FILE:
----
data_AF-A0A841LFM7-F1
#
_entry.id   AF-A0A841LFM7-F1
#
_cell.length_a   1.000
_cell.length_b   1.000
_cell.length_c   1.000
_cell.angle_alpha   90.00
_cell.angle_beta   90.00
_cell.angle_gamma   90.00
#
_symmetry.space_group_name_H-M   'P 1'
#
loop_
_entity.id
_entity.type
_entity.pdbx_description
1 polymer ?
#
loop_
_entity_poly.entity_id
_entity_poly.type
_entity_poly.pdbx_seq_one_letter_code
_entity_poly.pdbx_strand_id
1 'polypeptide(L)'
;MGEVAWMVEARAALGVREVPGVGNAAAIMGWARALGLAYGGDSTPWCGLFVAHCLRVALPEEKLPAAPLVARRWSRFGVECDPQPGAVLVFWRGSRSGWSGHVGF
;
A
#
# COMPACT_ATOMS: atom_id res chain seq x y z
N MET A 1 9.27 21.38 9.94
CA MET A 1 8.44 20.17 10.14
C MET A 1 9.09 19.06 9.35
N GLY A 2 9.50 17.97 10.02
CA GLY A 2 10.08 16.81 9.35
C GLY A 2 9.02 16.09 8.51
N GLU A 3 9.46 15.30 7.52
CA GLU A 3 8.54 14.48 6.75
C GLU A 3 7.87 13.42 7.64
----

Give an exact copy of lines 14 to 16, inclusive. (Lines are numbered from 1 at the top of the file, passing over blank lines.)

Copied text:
loop_
_entity.id
_entity.type